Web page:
ON VOTING FOR THE HALL OF FAME, HOW MUCH PREPARATION DID YOU DO TO CAST YOUR VOTE? DID YOUR CAR OWNER GIVE YOU A LITTLE RIBBING THAT YOU COULDN’T GET HIM IN YESTERDAY?
“No, I spoke to him on the drive up today, just catching up with him; and I’m not sure he feels he should be in there yet. He’s a competitor out there and he appreciates the phone calls he received yesterday and the concern from others, but I don’t think he feels like it’s time to be in there yet, although I voted for him. I just am so impressed with his stats and what he has done, but I still think there are many more to come.”
HOW MUCH DID YOU PREPARE?
“For me it was a lot. I actually read the book. And those that know me know how much I despise reading. And I read the book twice. So, I studied up and enjoyed the entire process.”
WHEN YOU VOTED, DID YOU HAVE A SHORT LIST OF PEOPLE THAT YOU THOUGHT MIGHT GET IN? AND AS DISCUSSIONS PROGRESSED THROUGH THE DAY, DID THAT LIST CHANGE AT ALL?
“Yeah, it really did. There was so much good discussion. I probably had seven going in. And I thought the discussion would help me whittle it down to five. But after the conversations took place, I think my number grew to nine. And then we had lunch and things moved kind of quickly after that and the ballot was in front of me, in front of all of us. And it was time to check some boxes.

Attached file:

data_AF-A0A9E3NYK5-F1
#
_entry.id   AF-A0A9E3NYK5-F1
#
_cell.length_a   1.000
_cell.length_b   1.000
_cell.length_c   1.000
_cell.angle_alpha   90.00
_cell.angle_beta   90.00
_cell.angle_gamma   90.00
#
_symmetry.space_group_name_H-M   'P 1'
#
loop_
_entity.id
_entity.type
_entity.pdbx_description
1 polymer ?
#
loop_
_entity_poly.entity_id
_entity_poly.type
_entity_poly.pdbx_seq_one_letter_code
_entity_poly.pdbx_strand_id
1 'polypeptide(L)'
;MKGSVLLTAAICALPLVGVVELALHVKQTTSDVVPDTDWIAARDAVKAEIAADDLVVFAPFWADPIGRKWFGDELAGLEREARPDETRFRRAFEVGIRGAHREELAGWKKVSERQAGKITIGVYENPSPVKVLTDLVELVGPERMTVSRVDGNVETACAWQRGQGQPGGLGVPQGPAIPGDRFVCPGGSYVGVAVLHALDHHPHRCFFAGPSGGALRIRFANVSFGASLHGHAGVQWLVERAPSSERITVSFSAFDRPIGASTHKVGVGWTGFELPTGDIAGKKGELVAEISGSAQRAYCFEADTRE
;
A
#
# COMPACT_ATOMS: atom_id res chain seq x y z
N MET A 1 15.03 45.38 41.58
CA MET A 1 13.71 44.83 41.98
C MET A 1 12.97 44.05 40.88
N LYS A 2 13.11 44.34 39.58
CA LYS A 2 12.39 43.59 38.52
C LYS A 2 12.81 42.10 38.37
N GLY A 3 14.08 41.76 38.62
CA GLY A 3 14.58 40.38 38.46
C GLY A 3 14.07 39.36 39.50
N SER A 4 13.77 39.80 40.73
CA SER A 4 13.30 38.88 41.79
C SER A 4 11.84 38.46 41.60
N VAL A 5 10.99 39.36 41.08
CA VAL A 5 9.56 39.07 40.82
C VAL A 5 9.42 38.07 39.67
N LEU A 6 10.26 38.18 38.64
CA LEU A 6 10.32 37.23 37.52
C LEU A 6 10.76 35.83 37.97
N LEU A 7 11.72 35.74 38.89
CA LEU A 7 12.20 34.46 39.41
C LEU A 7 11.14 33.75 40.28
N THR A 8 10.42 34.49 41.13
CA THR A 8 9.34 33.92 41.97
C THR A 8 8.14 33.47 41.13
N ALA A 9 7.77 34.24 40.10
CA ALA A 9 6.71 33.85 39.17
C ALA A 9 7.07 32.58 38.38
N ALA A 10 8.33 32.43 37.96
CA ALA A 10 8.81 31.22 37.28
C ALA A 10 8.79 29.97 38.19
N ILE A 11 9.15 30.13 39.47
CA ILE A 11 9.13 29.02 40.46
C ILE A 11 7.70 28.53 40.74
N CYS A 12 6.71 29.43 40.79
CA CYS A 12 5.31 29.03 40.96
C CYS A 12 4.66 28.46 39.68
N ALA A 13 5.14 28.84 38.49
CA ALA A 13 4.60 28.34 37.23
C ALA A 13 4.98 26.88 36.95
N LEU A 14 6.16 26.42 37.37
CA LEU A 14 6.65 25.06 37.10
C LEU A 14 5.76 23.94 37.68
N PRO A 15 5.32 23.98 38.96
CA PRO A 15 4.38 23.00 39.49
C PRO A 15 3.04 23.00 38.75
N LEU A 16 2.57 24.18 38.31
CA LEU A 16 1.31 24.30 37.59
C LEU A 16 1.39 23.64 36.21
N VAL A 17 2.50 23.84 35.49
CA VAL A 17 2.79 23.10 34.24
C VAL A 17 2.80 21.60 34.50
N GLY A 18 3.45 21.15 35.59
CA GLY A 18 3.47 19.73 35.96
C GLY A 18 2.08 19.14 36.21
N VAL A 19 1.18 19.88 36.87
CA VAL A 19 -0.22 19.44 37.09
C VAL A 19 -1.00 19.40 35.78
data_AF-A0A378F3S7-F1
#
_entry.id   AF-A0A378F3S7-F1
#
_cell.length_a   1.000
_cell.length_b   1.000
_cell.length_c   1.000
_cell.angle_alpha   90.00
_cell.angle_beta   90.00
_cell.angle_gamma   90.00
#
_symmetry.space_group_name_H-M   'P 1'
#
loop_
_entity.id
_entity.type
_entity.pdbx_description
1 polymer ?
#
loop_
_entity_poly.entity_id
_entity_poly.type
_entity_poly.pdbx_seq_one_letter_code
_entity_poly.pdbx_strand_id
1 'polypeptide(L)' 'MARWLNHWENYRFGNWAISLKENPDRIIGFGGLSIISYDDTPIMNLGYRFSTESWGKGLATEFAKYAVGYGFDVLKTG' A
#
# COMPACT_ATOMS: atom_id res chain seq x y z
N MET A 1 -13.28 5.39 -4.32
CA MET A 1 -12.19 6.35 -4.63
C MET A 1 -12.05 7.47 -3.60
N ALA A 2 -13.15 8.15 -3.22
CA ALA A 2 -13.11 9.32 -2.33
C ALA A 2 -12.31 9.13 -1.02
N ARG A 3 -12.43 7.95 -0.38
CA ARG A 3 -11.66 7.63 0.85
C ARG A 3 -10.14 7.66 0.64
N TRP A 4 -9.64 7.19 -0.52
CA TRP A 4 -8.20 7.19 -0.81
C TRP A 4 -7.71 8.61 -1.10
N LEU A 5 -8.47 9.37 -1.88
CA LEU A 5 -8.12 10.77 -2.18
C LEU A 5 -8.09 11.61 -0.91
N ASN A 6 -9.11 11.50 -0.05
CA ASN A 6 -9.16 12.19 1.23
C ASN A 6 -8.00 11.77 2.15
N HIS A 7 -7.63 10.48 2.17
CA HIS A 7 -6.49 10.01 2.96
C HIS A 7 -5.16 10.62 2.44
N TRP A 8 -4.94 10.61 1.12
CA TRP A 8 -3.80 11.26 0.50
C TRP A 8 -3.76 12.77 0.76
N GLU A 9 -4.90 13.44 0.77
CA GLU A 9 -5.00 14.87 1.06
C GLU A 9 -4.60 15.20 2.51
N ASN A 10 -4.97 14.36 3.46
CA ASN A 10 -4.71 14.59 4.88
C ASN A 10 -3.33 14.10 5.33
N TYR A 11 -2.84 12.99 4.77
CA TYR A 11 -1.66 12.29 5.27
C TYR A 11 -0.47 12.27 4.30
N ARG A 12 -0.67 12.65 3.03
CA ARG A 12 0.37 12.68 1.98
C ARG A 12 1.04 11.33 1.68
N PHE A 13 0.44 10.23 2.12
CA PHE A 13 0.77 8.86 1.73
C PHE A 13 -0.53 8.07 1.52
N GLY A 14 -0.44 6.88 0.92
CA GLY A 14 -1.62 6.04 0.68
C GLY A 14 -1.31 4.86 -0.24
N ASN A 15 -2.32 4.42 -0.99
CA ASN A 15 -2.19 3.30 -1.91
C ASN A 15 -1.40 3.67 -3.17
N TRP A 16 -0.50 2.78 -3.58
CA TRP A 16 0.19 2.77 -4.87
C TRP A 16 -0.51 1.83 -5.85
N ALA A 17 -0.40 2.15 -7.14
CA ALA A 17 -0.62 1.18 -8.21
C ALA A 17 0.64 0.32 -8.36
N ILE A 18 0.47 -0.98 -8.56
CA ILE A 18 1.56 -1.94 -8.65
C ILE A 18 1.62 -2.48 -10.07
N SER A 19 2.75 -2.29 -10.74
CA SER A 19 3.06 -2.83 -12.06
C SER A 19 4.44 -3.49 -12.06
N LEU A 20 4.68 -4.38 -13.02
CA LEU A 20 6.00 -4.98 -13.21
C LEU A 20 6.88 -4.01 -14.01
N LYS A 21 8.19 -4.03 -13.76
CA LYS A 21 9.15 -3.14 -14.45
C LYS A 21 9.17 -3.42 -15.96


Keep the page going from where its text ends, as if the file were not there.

“So, I felt like I could have been there another couple of hours with the open microphone format and learning more about the individuals. It was not an easy decision. Just following social media and seeing people reply and being upset that someone they are a fan of or related to even, didn’t make it in. I feel for everybody. And I kind of sensed that some took the voting process lightly based on just 140 characters that come through a tweet. I wish others, especially the people on the outside of our sport looking in, could understand how much thought went into that. I was really impressed yesterday; and the whole prepping process and what went into it and how much consideration goes into each and every name on the ballot. So, those in there know, it’s not an easy process to pick those five.”